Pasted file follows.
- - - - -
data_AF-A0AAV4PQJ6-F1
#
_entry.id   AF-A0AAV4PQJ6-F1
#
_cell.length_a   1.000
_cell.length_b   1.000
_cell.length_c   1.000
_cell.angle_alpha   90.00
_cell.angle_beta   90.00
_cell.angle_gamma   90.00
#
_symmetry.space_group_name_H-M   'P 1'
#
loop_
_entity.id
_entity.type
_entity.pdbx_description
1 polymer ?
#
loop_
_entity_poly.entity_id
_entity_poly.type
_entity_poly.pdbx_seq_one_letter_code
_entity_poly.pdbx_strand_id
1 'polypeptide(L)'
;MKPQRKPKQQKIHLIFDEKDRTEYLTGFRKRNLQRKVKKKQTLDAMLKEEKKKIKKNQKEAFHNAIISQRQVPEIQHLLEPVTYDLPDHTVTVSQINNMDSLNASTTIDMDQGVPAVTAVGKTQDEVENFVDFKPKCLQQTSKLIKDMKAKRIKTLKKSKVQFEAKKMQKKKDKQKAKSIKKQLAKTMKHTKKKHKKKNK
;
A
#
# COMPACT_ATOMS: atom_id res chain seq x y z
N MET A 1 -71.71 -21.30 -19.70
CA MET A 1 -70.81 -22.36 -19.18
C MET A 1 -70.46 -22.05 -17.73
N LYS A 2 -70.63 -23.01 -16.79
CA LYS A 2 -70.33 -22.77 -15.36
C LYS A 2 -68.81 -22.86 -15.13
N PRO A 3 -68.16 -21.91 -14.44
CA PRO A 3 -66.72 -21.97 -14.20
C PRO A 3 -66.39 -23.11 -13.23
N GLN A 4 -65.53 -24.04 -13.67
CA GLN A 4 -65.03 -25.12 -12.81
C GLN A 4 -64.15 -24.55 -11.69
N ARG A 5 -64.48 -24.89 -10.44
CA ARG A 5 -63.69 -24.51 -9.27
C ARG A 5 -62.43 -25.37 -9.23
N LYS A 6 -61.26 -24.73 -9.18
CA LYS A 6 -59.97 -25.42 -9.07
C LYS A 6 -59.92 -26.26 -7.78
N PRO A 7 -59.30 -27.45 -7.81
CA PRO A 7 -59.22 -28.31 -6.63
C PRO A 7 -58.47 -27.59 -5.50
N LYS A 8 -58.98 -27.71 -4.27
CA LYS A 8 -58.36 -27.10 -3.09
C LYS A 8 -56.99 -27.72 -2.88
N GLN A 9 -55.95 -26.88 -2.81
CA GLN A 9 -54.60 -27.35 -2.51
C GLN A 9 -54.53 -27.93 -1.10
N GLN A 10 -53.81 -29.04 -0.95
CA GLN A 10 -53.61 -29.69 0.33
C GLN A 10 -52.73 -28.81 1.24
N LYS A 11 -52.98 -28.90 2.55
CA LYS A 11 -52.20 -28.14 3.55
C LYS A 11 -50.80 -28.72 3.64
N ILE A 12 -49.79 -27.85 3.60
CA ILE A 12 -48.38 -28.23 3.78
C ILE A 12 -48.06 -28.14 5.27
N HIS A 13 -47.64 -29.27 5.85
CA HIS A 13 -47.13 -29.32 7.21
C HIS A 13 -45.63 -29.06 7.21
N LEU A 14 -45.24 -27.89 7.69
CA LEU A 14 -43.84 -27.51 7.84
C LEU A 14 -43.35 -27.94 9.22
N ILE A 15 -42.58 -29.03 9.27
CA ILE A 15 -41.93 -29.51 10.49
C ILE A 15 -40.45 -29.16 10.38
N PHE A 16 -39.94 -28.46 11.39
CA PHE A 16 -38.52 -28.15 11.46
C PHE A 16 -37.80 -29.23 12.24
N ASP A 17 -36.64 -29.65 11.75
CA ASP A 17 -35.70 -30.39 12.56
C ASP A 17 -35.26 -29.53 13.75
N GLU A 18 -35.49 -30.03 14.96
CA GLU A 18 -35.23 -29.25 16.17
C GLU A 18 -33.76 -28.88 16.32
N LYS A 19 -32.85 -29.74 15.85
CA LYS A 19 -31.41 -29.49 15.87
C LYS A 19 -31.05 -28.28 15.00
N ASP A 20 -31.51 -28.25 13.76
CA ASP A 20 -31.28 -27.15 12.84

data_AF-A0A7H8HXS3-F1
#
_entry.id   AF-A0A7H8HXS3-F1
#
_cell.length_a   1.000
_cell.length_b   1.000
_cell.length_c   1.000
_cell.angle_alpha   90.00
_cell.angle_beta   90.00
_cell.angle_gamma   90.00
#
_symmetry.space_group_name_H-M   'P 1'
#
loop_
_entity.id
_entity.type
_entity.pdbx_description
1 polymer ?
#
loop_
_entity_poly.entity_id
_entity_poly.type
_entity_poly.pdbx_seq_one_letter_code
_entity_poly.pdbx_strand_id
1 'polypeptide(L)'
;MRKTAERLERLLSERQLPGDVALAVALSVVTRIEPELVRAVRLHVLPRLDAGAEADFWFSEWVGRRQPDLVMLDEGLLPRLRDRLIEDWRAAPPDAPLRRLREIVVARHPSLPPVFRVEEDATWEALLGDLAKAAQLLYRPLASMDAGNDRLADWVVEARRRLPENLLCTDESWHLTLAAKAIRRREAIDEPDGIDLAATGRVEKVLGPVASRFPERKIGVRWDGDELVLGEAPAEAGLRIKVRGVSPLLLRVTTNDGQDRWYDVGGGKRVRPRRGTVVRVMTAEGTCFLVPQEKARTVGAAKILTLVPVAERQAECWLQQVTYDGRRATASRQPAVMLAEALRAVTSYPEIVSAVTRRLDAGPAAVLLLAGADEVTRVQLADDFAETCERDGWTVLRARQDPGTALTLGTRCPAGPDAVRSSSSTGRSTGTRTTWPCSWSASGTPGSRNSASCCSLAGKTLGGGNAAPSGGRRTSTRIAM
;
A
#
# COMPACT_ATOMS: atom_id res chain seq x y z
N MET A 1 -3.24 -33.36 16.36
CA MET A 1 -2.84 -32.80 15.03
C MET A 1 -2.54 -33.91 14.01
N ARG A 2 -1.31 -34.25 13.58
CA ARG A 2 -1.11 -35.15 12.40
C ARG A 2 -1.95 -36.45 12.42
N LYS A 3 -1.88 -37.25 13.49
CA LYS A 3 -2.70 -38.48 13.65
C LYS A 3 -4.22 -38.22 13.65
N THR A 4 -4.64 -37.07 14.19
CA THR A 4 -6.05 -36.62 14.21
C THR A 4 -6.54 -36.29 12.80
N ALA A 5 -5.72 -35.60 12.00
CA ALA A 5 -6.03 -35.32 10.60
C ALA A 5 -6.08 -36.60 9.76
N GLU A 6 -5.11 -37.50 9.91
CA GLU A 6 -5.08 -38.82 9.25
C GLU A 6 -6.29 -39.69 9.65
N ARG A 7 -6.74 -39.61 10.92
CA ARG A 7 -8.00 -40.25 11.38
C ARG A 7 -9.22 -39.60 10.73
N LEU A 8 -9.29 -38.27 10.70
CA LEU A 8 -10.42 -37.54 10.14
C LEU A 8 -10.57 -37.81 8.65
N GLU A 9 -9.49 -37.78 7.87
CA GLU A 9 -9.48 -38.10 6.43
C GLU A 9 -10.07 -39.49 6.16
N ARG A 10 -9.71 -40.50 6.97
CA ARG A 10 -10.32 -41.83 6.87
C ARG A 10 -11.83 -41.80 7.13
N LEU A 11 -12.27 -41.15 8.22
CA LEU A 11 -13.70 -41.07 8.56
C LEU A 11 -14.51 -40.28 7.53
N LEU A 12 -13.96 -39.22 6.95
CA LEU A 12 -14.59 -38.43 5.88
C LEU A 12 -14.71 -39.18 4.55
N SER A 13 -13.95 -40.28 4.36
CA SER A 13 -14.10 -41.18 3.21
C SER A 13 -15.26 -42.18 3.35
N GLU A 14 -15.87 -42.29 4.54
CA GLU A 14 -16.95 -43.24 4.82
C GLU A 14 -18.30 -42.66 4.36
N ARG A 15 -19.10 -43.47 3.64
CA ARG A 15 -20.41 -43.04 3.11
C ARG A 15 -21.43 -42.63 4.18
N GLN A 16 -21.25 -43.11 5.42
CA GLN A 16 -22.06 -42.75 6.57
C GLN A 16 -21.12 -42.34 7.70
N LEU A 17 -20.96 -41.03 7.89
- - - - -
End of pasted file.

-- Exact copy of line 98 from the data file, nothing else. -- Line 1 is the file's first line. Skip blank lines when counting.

_cell.angle_beta   90.00